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Youth theater awards Southeast Queens teens

Honoring the work of the more than 200 southeast Queens children who put together its musicals and plays, TEEM Productions handed out the equivalent of the Academy Awards to 57 young thespians.

The nominees, ranging in age from 8 to 19, all participate in Teach Enlighten Empower Motivate Productions, a youth-oriented theater program based in southeast Queens. The Black Diamond Awards, held Jan. 5 in Jackson Heights, are the organization’s version of the Oscars.

Claudia Aldamuy, who created the program along with her daughter Crystal, said she started the group because her home was a favorite after-school hangout for the neighborhood kids and she saw a need for a creative outlet so that the children could express themselves.

“The Black Diamond is the final part of our esteem-building process that starts in September and continues throughout the school season,” Aldamuy said. “Our program is all about building self-respect and esteem.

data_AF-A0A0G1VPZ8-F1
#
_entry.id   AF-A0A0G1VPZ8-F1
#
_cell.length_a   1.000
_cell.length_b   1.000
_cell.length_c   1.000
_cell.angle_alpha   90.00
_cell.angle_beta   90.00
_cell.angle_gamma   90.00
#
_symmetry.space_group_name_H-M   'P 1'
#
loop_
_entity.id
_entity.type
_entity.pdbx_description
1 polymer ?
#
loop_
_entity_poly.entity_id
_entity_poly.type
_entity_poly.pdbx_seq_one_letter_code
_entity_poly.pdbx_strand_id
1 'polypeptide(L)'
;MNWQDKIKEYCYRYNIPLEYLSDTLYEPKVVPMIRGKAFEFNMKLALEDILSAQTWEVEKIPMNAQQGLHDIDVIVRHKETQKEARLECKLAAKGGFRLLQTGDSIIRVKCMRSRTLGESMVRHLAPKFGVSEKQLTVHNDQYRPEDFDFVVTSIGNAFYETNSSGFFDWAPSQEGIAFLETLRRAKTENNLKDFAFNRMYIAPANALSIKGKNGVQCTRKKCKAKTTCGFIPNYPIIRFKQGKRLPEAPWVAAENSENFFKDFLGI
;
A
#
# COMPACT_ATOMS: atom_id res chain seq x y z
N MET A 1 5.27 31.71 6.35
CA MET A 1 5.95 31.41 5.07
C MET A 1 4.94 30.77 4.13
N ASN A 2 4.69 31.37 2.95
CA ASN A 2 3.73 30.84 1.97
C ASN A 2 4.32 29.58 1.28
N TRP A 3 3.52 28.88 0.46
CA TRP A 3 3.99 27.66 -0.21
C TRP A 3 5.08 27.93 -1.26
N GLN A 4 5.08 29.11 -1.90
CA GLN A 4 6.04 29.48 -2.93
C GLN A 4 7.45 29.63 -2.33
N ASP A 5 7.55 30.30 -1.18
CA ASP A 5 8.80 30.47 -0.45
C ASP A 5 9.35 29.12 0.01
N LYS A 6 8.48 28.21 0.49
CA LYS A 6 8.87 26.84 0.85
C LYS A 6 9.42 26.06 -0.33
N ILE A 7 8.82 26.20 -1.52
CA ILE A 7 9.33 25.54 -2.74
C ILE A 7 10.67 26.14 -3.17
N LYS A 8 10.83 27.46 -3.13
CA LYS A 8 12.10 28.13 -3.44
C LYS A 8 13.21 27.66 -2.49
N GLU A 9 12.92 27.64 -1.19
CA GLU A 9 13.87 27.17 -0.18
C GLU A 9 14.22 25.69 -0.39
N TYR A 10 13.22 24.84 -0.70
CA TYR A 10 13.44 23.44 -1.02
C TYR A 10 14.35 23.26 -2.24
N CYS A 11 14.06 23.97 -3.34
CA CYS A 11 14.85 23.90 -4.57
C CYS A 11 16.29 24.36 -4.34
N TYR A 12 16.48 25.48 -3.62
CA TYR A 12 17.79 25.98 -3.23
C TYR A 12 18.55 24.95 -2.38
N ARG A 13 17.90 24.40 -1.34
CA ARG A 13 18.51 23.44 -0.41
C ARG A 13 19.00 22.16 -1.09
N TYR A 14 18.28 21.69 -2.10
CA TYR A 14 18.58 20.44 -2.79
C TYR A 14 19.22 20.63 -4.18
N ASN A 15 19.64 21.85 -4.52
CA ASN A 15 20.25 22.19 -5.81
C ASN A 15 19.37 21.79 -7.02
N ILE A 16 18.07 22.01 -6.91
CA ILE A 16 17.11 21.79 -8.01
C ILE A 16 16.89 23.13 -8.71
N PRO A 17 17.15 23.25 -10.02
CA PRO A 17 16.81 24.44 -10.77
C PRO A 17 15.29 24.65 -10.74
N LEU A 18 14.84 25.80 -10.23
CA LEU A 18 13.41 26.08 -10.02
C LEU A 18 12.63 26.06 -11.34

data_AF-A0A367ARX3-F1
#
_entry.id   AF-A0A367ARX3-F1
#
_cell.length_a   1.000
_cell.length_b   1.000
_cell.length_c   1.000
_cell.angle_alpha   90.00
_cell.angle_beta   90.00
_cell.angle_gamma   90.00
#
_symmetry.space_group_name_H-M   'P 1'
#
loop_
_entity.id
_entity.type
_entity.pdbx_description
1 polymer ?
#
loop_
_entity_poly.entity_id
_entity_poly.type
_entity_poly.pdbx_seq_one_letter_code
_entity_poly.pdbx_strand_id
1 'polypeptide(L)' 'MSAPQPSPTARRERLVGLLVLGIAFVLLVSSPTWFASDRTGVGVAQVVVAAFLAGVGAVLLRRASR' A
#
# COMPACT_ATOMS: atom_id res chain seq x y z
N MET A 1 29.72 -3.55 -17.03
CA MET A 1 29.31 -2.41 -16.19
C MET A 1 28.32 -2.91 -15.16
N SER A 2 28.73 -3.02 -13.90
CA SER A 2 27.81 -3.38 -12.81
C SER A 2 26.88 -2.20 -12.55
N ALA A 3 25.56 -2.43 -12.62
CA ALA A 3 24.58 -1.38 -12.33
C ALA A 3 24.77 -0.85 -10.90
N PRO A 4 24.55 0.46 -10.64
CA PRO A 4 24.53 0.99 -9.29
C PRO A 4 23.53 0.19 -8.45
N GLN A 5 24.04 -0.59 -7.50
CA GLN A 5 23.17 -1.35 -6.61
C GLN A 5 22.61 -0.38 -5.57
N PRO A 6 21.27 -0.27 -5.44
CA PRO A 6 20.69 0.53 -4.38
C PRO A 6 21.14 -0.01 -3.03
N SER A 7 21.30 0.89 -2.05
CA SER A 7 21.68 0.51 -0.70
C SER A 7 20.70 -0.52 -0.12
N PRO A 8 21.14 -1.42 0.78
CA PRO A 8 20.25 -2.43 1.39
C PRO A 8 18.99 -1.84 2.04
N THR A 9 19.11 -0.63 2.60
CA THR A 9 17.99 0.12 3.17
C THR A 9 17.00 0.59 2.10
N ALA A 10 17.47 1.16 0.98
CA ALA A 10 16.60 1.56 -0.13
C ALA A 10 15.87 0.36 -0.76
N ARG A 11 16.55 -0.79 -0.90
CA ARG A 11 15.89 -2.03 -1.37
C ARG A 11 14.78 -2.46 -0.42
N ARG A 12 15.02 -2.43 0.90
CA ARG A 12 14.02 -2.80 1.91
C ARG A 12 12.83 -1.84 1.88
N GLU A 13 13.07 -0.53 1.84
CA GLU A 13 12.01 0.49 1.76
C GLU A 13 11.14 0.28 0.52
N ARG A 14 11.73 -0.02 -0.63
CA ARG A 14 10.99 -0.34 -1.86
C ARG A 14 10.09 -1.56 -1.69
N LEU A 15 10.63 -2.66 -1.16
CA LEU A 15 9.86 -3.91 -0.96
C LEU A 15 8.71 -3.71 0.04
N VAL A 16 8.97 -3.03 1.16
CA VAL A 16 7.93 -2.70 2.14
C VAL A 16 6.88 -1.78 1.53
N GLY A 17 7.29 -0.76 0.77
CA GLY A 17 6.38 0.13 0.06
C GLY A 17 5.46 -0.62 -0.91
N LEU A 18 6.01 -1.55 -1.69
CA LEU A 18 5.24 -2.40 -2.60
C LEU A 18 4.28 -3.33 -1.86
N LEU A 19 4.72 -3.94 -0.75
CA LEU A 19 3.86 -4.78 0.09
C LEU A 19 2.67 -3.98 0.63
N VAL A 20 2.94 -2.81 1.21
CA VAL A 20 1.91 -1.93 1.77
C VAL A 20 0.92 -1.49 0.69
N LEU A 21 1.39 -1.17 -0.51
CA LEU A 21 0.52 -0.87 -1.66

“Winners are those children we have seen grow from the time we met until the awards,” she said. “Winners are those children who made a difference.”

The not-for-profit, youth-oriented theater and arts program, which has won grants from the Queens Council of the Arts, began in 1996 and, according to Aldamuy, is the only after-school program of its kind in School District 29. In addition, TEEM runs a summer workshop program to work with children on acting, script writing and stage production.

The evening was an enormous success, said Aldamuy, with 257 people from the southeast Queens community attending the awards to support the children.

The event’s keynote speaker was state Sen. Malcolm Smith (D-St. Albans).

TEEM produces two musicals and two plays a year at PS 15 at 121-15 Lucas St. and IS 192, both in Springfield Gardens. The group’s productions are a combination of plays and musicals, including an original TEEM-written and produced production.

Aldamuy said TEEM auditions children who want to participate in the program, which meets three times a week each semester and accepts between 25 and 40 kids, depending on the production.

The objective of the program is to fill the void created in the school system because of declining school budgets, which have forced cuts in extracurricular and after-school activities, Aldamuy said.

“In the upcoming year,” she said, “we are looking for space outside of the school so all kids can participate. We want to bring in kids from all over the community.”

Reach reporter Adam Kramer by e-mail at or call 229-0300, Ext. 157.

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